“There is a lot of lip service right now about female characters and characters of color but there are not a lot of people stepping up to make those movies. We need more people who have the money and the power to make those decisions when they don’t necessarily make sense because the movies that make sense are movies with movie stars. Nearly every distribution company is run by a man. There are a couple that are run by a woman. I believe CodeBlack (the company behind Fast Color) is the only one that is run by a black man.”
On being a working mom, Hart had these words of inspiration to share with the room:
“It’s really hard but I’m very lucky. I have a lot of support. I couldn’t do it without that. The movie I just made, Disney hired me at six months pregnant and moved production… So they moved production to the fall after I’d had the baby. And it was really hard directing a studio film with a ten-week-old baby.” She negotiated with Disney into giving her overtime child care support for every 6th day out of the week that she had to be on set.
“There are women making movies while nine months pregnant. There are women literally pumping with a camera on their shoulder. Let them make that decision for themselves.”
Hart went on to explain her approach to directing as being very collaborative and listening to the ideas and suggestions that each department head has about the film. She finds it more rewarding when it’s not “her way or the highway.”
Her advice to young filmmakers:
See films made by female filmmakers. Find out if you can shadow someone on a set. Read everything you can and write every day, even if it’s not very good. Be inspired by others to create stories that are your own.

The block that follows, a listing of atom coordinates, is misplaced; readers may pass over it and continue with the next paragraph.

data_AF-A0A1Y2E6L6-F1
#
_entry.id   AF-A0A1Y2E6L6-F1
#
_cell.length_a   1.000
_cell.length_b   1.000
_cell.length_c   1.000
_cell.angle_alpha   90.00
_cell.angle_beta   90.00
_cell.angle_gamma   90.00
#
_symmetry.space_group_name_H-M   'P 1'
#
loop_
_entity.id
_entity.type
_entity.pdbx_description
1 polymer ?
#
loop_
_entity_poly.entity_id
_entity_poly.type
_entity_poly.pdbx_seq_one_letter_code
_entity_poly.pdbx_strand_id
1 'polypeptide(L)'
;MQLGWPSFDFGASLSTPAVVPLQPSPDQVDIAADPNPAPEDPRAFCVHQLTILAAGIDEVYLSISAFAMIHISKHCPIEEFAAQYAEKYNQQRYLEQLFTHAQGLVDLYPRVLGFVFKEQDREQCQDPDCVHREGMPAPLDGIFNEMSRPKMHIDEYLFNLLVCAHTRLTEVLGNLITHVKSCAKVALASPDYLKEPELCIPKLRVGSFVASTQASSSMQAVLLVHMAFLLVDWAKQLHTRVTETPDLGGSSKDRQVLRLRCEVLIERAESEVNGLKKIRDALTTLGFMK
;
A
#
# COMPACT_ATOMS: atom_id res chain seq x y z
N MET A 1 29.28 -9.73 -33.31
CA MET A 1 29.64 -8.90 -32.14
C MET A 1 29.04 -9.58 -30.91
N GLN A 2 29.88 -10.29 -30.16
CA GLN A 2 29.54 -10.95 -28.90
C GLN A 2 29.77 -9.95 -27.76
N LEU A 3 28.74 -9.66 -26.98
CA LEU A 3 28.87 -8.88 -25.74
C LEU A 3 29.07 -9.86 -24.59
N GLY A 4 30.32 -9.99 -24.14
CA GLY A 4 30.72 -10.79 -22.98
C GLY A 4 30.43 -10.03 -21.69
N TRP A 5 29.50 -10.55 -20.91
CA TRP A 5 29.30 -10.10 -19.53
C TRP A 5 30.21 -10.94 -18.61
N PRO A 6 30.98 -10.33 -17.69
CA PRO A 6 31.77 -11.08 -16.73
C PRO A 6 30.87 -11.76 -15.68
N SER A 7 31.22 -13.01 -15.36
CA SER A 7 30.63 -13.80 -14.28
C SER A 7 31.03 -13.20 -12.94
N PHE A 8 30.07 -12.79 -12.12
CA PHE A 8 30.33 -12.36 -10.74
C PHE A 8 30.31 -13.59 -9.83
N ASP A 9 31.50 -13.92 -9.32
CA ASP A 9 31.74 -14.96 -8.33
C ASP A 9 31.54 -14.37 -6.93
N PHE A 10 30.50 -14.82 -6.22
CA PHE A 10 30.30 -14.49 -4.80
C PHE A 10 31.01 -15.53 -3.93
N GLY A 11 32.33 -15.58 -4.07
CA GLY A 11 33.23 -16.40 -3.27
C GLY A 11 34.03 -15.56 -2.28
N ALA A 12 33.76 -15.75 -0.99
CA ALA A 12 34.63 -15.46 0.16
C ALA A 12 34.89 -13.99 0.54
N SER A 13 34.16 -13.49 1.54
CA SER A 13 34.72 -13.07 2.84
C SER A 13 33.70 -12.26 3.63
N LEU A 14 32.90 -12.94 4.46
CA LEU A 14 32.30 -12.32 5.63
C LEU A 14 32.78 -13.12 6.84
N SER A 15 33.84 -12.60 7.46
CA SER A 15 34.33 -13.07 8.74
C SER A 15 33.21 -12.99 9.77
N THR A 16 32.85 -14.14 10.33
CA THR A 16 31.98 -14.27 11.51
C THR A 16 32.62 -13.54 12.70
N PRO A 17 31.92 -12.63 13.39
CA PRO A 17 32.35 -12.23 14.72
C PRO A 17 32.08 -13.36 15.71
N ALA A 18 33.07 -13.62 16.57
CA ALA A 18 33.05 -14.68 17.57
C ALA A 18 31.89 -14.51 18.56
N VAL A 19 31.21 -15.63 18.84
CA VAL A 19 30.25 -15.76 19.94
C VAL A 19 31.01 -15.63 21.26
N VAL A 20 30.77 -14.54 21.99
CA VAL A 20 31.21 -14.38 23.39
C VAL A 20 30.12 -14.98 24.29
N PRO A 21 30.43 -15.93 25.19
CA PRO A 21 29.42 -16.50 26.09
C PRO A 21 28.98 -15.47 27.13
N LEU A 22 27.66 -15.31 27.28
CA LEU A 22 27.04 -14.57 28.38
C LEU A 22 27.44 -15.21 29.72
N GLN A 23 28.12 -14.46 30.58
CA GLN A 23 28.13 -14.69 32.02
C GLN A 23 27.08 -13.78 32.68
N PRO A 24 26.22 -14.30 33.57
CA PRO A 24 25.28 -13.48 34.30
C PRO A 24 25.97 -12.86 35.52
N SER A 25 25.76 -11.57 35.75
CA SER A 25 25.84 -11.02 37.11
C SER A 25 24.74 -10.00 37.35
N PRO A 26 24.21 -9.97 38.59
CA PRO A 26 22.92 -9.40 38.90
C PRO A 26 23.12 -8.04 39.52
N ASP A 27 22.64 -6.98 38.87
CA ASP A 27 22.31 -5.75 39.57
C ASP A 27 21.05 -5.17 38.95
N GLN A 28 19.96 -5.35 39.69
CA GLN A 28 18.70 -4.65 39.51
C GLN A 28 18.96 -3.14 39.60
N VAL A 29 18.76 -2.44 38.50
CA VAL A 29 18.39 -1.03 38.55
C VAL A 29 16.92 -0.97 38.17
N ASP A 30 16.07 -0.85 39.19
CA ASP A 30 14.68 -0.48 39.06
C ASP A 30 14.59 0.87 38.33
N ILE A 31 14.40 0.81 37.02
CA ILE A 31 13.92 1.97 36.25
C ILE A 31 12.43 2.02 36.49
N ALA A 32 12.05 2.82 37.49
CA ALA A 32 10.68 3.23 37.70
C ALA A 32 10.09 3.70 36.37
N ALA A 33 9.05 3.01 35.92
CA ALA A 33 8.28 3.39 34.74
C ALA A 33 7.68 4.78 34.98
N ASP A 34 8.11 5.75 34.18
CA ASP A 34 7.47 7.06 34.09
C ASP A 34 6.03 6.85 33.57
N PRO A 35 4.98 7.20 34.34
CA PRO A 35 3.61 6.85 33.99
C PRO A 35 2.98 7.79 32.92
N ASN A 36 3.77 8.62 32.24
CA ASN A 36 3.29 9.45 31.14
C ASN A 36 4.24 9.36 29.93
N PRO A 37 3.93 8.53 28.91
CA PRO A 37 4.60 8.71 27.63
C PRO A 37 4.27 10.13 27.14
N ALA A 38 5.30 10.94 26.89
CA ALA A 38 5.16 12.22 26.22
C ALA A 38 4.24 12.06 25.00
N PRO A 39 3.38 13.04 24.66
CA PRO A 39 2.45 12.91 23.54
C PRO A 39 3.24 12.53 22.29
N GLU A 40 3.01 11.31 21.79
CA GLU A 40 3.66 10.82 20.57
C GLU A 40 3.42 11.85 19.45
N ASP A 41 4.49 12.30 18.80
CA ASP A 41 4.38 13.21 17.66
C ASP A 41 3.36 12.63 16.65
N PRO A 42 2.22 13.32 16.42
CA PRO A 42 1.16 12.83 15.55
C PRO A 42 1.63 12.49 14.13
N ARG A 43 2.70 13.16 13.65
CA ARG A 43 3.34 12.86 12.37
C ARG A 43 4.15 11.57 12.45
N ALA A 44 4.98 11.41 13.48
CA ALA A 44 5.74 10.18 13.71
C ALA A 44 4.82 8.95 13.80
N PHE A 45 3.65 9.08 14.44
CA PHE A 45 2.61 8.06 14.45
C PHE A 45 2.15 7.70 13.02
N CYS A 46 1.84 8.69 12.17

Hart advised that you have to expose yourself, which can be scary. You have to protect yourself. Share your script with everyone but make sure to watermark it with your name on every page. The more people you can get to read your work the better. When you’re doing rough cuts, share them with as many people as possible.
Hart suggested Women in Film and Women and Hollywood as being really great resources to start out with. She also has a group of women writers in LA to meet up with and chat about what they’re each doing and what they hope to be doing so they can all support one another and lift each other up when they need it.
“The best thing we can do in this industry is be unapologetically female. The best way to get men on board is to just do that. And I’ve been fortunate to work with men who do support that. Again, we talk about diversity in terms of gender, race and sexual orientation and disability and that means having male perspectives in the room. If we want to talk true diversity, we need to have everybody’s voice in the room.”
Hart suggested the best way of reaching out to agents and being sent diverse options of crew members is to make it very clear in a note to say, “I’m hiring with diversity in mind.” Otherwise, you’ll get a very different list than what you may have been hoping for.
“What we’re saying and what we’re doing are not quite lined up yet, but it’s important to be unapologetically who we are.”
Fast Color will have a limited theatrical release this spring in 10 cities, on 25 screens. Be on the lookout for the film in a city near you. I can’t recommend it enough with its refreshing take on a genre typically reserved for white male protagonists.